Republic bounded on the E and SE by Serbia and Montenegro and to the N and W by Croatia.
Sarajevo is the capital. Inhabited since the Paleolithic Age, it was settled by Slavs in the seventh century a.d. and became a separate political entity apart from Serbia in a.d. 960. Bosnia was ruled by Hungary from the mid-12th century but was a Turkish province by 1463 and an important outpost in the Turkish struggles with Venice and Austria. At the Congress of Berlin in 1878 Bosnia and Herzegovina was assigned to Austro-Hungary. The growth of Serbian nationalism resulted in the assassination of the Austrian archduke Francis (Franz) Ferdinand in Sarajevo in 1914, an event that sparked World War I.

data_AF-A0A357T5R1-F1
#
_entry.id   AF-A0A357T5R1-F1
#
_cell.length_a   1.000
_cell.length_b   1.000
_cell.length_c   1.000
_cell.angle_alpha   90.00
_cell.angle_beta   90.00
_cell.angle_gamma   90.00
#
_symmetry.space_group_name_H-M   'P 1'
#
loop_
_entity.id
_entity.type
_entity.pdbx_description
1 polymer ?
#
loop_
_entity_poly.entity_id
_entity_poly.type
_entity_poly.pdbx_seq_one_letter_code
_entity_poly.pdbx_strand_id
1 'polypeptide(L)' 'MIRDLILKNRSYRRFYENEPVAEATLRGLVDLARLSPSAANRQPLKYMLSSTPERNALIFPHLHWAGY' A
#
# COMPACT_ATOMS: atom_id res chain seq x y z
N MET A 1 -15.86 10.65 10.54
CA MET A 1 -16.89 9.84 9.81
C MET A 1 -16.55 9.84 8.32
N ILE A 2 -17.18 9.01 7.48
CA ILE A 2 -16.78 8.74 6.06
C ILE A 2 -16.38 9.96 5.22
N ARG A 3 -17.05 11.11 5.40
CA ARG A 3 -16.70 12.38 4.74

Bosnia and Herzegovina were annexed to Serbia in 1918 and in 1946 became one of the six peoples’ republics of Yugoslavia. Bosnia and Herzegovina declared independence from Yugoslavia. Conflict followed between Serbs, Croats, and Muslims. Many Bosnian Serbs opposed the establishment of the new republic, in which they were a minority. Serbs from both Serbia and Bosnia, began to carve out the Serbpopulated areas and declared the Serbian Republic of Bosnia and Herzegovina. Croats in Bosnia, also fearing Bosniak (Muslim Bosnian) domination, declared their own Croatian Community of Herceg-Bosna. In 1993, bombing and artillery fire, mainly by Serb forces, destroyed much of Sarajevo and other cities throughout the country. In 1994, Bosniaks and Bosnian Croats agreed to a cease-fire and established a joint Federation of Bosnia and Herzegovina. During 1995, Serb forces shelled the besieged capital of Sarajevo, and attacked the UN-proclaimed “safe areas” of Tuzla, Zepa, and Srebrenica. There were mass deportations of Bosniaks, and widespread instances of rape and execution of civilians, especially in Srebrenica. In late 1995, the Bosnian, Serbian, and Croatian governments negotiated the Dayton accords in Dayton Ohio. The Dayton accords called for a Bosnian republic with a central government and two semiautonomous regions, one dominated by the Serbs, the other by the Bosniaks and the Croats in a federation. The peace was to be guaranteed by NATO peacekeeping forces who arrived in 1996. In 2002 unsupervised elections, nationalists were elected over moderates. In 2004, the European Union took over responsibility for Bosnian peacekeeping forces from NATO.